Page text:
“I thought I stumbled there, but we were running out of time. The Chimeras were running around.”
“Yeah, you knew.” I say. “And you made Reed save me. That made no sense. Plus you had access to comms at the Sanctuary. Those Regulators didn’t just stumble across us.”
“Well, well, well.” She appears unfazed and I draw my blaster out of instinct. Her eyes do not even track it. “Not bad for the legendary Red Reaper.”
If I am surprised, I hide it.
“Orion had no survivors,” she says. “I know that because we got there within a whisker of the departure of one of our ships. The only one of our ships sent there that made it out intact. Minus its crew of course. We found those planetside. All dead. How you managed to clock up such an impressive body count against Regulators is beyond me, but clearly you have the knack.”
“What do you want with me?” I ask.
“Direct. Your Red Reaper reputation does not do you justice. I have looked at your genetics of course. Chimeras require the right raw material. A higher baseline than usual. You are exactly what I am looking for. You will be magnificent.”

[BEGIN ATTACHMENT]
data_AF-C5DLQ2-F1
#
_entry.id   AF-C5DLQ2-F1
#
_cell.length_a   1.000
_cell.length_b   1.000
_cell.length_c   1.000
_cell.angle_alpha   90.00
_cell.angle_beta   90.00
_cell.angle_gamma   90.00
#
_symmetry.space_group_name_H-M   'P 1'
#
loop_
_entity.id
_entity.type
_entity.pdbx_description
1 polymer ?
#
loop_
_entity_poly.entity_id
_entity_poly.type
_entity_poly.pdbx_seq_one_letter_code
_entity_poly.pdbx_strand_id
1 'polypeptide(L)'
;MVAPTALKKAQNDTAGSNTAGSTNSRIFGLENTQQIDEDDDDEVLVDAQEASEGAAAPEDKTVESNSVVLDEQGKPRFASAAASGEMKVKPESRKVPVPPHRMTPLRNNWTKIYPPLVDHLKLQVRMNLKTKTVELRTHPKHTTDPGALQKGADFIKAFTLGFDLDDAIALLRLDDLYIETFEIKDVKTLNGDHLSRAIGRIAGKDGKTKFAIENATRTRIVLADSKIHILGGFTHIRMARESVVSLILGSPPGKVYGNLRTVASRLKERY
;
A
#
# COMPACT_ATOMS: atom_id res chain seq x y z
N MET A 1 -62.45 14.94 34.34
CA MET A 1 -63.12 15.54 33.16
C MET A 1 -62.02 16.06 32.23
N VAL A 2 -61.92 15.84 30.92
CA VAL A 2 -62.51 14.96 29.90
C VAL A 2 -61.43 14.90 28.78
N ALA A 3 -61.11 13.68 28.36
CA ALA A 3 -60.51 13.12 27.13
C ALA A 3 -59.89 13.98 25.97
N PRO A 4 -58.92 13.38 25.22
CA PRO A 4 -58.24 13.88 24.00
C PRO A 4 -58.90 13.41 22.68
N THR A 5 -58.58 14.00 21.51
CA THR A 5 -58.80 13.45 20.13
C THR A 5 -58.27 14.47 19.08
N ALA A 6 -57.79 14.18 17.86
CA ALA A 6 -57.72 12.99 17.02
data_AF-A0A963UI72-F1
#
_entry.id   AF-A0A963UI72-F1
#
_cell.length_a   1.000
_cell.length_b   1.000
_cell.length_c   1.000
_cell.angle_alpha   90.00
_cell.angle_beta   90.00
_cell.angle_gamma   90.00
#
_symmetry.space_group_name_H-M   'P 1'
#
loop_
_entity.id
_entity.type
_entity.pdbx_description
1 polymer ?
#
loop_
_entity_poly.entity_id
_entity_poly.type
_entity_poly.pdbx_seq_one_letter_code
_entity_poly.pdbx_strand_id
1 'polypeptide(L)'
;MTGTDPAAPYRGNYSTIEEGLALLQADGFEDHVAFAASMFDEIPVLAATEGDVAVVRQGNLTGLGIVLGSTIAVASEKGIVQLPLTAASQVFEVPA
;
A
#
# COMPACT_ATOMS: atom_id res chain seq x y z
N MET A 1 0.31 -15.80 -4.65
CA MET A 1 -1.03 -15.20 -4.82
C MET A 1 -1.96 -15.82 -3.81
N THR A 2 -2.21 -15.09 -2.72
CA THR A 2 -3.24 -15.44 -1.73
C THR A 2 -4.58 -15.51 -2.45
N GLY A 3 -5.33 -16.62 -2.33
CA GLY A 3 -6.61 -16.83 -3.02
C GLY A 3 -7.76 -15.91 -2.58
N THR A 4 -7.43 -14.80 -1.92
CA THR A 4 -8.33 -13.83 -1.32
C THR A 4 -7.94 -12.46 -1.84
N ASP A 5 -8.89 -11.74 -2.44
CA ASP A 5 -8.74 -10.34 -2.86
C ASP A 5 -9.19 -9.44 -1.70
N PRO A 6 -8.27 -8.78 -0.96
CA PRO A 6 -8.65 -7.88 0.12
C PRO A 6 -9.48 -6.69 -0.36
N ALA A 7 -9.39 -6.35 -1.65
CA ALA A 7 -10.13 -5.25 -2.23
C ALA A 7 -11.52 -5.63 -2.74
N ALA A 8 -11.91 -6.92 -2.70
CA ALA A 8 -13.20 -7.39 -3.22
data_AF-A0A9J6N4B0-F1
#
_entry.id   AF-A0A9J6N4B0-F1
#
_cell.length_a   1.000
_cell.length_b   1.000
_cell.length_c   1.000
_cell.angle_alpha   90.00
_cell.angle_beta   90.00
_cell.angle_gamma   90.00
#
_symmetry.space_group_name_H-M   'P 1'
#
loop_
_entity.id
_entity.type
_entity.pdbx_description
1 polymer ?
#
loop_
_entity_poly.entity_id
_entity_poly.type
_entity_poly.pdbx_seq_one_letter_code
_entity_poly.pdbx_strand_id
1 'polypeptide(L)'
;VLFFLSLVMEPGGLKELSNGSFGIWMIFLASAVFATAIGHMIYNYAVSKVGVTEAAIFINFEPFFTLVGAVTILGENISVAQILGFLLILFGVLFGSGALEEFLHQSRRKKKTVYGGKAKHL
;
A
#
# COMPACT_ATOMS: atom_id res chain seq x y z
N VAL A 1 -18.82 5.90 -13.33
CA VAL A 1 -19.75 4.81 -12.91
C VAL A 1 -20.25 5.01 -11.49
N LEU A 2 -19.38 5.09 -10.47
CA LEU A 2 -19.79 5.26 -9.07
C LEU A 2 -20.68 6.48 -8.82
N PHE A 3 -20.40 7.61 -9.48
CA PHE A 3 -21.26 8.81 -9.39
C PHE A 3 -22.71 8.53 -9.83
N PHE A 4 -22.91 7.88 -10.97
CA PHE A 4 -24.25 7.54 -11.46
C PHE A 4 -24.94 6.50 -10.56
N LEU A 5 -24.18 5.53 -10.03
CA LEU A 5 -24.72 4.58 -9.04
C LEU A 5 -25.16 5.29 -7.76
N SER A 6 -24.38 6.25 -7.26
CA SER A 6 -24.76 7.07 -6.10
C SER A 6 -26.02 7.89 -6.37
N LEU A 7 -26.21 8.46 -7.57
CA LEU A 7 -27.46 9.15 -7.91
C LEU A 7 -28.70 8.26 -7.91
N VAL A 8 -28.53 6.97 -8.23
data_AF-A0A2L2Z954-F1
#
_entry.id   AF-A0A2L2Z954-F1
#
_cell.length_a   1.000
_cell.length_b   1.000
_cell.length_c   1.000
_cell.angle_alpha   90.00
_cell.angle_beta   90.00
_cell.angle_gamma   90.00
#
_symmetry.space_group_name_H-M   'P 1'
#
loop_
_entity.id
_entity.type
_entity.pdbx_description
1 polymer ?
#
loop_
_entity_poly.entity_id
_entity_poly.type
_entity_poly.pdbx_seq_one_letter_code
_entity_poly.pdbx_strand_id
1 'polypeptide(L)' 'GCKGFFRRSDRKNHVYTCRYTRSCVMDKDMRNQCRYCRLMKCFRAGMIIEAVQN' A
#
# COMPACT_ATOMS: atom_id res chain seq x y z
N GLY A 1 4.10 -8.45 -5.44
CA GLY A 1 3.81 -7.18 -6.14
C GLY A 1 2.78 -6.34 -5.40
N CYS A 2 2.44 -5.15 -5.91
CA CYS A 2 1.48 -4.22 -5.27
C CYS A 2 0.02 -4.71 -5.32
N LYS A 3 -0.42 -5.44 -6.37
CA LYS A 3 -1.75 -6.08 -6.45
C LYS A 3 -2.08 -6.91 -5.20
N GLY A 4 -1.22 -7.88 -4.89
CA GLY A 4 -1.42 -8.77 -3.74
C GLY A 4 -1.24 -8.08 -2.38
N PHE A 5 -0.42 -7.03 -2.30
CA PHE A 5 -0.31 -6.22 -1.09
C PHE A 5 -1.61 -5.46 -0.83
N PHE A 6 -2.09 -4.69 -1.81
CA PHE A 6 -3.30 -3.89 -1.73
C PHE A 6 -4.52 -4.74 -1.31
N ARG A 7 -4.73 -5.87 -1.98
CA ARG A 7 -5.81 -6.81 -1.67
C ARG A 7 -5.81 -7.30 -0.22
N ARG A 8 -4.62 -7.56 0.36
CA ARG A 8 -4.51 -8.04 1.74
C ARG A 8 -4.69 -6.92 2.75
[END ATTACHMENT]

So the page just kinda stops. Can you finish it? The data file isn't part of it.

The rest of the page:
She makes no attempt to hide her plan. I bring the blaster up in line with her face.
“Ah, you thought I wouldn’t plan this?”
I look at her. Try hard to think. Her name escapes me. I look at the blaster in my hand, suddenly heavy. It begins to fall. I try to raise it in vain. “How?” I manage.
“The backpack,” she says with a smile. “The strap,”
I remember the roughness of the strap. Whatever soporific was there, to be absorbed by my skin.
She leans forward and takes the blaster out of my suddenly nerveless fingers. “Just in case you get any ideas,” she smiles. “The guys at the station will take good care of you.”
I cannot move, but out of the corner of my eye I can see approaching shapes.
“I will take care of your friends. Don’t really care about them but the reward for the girl could come in handy. Besides, her genetics are surprising. She’ll make an amusing baby Chimera.”
I open my mouth but no sound comes out.
“Save your strength Red Reaper,” she says mockingly, “you’re gonna need it where you’re going.”